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The Guardian view on high energy prices: buffer stocks can stabilise them | Editorial

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Britain faces years of high energy prices and needs to have a conversation about what policies are needed

The good news is that energy prices will be coming down. The bad news is nobody knows when for sure. The UK’s biggest energy supplier, Centrica, says high gas and electricity prices could last for another two years. The International Energy Agency (IEA) reckons that’s too optimistic. Expensive bills are a problem for firms, consumers and the government. Households could face a doubling of annual energy bills to £2,400 a year from October – a cost-of-living catastrophe for millions. While Labour proposes a support package, Conservative ministers have said little – fuelling suspicions that they intend to reduce demand for energy by making people poorer.

Carbon-based energy will fade, but it won’t disappear completely. To keep temperatures to 1.5C above pre-industrial levels, the IEA says the world in 2050 would have to use about half as much natural gas as today and about one-quarter as much oil. British policymakers must wake up to the security implications of greening the economy. Britain replaced coal-fired plants with wind power to reduce carbon emissions, becoming dependent on natural gas imports – especially in calm weather. Traditional suppliers like Russia might see opportunities in volatile fossil fuel prices that result from the transition to net zero. This is not reassuring. Fuel price protests sparked unrest in Kazakhstan this month, but they also brought Britain to a halt 22 years ago.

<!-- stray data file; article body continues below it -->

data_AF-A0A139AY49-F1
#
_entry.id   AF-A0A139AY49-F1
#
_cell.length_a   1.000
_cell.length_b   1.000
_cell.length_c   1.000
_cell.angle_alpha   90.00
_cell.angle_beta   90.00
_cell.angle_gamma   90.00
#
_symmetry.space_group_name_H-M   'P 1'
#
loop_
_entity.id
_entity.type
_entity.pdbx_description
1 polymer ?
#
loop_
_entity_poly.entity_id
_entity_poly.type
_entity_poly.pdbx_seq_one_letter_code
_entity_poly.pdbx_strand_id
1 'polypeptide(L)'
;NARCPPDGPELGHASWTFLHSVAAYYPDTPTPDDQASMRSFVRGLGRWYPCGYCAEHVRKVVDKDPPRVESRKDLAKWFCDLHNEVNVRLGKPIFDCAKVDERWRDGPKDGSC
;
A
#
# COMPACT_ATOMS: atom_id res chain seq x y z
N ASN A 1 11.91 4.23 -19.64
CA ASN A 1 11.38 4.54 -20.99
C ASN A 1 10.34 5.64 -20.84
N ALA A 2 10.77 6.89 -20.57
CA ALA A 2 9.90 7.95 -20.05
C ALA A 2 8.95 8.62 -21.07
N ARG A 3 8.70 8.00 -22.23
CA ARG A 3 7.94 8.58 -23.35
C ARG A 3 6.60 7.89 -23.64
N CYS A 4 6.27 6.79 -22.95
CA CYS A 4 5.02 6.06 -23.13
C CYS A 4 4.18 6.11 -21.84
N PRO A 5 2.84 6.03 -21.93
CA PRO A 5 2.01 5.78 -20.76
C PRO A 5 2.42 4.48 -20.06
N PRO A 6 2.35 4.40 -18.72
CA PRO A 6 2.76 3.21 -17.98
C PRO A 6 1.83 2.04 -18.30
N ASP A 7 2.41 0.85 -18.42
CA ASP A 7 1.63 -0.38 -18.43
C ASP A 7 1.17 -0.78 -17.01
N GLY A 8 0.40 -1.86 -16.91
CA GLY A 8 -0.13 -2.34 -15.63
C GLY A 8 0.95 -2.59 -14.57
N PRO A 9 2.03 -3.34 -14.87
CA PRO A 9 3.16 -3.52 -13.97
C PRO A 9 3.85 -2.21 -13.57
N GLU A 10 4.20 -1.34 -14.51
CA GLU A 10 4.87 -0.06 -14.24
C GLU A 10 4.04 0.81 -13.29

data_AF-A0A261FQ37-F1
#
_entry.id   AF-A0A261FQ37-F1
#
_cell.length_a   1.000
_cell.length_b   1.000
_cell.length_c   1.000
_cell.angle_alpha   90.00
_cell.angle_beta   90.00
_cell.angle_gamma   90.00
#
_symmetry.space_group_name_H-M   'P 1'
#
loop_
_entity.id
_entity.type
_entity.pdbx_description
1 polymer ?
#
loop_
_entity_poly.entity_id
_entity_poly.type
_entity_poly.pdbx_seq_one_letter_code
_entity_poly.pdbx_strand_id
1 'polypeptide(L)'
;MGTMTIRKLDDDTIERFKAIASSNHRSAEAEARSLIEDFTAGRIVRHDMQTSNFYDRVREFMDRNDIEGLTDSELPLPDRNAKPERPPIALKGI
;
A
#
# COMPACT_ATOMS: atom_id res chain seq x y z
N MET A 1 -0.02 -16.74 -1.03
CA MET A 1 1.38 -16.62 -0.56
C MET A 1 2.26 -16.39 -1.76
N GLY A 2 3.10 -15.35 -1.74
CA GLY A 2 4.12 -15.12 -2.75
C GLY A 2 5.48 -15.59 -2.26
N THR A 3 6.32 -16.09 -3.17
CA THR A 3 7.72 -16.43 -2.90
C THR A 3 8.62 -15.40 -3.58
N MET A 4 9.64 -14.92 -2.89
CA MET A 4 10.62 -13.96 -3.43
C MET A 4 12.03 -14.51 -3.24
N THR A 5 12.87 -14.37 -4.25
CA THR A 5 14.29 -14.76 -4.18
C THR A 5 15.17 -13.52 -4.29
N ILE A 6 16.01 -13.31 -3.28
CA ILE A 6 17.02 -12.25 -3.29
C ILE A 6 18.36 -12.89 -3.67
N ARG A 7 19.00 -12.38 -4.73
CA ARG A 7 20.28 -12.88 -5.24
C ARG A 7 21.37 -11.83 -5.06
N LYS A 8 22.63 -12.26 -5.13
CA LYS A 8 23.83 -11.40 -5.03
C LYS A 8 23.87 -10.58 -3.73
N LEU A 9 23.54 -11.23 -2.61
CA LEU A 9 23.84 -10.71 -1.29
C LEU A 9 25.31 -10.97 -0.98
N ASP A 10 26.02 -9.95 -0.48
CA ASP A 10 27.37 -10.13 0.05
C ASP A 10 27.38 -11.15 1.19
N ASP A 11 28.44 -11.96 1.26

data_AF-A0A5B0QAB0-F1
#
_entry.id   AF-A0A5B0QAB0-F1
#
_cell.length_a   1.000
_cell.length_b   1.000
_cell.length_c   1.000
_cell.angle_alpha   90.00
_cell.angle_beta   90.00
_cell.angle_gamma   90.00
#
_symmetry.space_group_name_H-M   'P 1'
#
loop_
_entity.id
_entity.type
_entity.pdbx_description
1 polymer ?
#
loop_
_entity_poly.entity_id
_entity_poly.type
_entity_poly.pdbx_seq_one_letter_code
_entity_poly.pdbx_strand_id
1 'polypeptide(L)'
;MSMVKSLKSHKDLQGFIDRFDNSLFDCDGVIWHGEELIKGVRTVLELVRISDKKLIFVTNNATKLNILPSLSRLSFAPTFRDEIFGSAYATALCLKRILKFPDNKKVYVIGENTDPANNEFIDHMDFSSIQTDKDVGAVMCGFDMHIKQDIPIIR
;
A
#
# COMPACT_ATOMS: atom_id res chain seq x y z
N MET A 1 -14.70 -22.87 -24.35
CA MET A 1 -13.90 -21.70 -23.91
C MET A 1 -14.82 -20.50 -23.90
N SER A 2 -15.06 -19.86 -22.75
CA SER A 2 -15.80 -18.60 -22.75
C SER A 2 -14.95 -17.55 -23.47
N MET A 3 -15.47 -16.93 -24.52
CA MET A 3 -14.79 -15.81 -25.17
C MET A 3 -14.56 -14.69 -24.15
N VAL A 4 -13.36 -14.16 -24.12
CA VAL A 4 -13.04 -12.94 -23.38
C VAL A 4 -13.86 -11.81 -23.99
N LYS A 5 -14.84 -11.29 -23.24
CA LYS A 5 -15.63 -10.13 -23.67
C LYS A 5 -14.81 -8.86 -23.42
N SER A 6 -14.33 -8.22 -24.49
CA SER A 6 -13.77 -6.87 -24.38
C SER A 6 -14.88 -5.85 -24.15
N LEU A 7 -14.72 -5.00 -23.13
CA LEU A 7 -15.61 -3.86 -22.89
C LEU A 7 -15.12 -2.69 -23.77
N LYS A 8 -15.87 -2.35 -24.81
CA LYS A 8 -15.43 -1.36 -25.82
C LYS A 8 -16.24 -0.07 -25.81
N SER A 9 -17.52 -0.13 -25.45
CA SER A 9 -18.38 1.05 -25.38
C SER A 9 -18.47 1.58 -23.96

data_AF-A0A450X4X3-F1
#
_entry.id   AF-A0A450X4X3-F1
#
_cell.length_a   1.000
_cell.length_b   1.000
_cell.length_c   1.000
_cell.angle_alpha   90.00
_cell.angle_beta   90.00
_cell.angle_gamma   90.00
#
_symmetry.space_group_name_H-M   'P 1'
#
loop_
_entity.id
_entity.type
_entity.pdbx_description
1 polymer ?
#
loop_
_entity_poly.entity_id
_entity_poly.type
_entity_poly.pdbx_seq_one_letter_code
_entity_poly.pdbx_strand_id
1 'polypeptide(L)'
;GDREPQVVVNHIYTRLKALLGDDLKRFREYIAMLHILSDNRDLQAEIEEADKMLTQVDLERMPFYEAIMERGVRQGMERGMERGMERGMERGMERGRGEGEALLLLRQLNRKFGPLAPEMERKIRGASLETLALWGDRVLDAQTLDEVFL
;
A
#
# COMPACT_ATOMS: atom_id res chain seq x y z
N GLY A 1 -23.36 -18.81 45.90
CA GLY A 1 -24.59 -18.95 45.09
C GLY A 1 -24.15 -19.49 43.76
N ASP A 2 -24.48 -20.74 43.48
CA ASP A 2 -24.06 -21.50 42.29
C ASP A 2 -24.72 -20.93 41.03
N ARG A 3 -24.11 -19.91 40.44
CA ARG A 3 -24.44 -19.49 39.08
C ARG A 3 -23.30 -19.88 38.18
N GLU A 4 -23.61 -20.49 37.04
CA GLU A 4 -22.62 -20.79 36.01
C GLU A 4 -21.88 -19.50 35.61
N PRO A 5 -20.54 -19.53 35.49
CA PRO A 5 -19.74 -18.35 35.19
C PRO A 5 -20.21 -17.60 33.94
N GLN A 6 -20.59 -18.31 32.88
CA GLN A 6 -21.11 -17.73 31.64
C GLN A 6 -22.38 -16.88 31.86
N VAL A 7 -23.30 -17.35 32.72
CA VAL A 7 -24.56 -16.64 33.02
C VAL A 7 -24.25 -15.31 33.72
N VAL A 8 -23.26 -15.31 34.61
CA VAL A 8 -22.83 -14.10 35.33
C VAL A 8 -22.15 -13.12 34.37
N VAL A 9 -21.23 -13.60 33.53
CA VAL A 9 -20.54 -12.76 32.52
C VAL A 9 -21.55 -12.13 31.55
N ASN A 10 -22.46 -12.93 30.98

Continue reading…Britain faces years of high energy prices and needs to have a conversation about what policies are needed The good news is that energy prices will be coming down. The bad news is nobody knows when for sure. The UK’s biggest energy supplier, Centrica, says high gas and electricity prices could last for another two years. The International Energy Agency (IEA) reckons that’s too optimistic. Expensive bills are a problem for firms, consumers and the government. Households could face a doubling of annual energy bills to £2,400 a year from October – a cost-of-living catastrophe for millions. While Labour proposes a support package, Conservative ministers have said little – fuelling suspicions that they intend to reduce demand for energy by making people poorer.Carbon-based energy will fade, but it won’t disappear completely. To keep temperatures to 1.5C above pre-industrial levels, the IEA says the world in 2050 would have to use about half as much natural gas as today and about one-quarter as much oil. British policymakers must wake up to the security implications of greening the economy. Britain replaced coal-fired plants with wind power to reduce carbon emissions, becoming dependent on natural gas imports – especially in calm weather. Traditional suppliers like Russia might see opportunities in volatile fossil fuel prices that result from the transition to net zero. This is not reassuring. Fuel price protests sparked unrest in Kazakhstan this month, but they also brought Britain to a halt 22 years ago. Continue reading…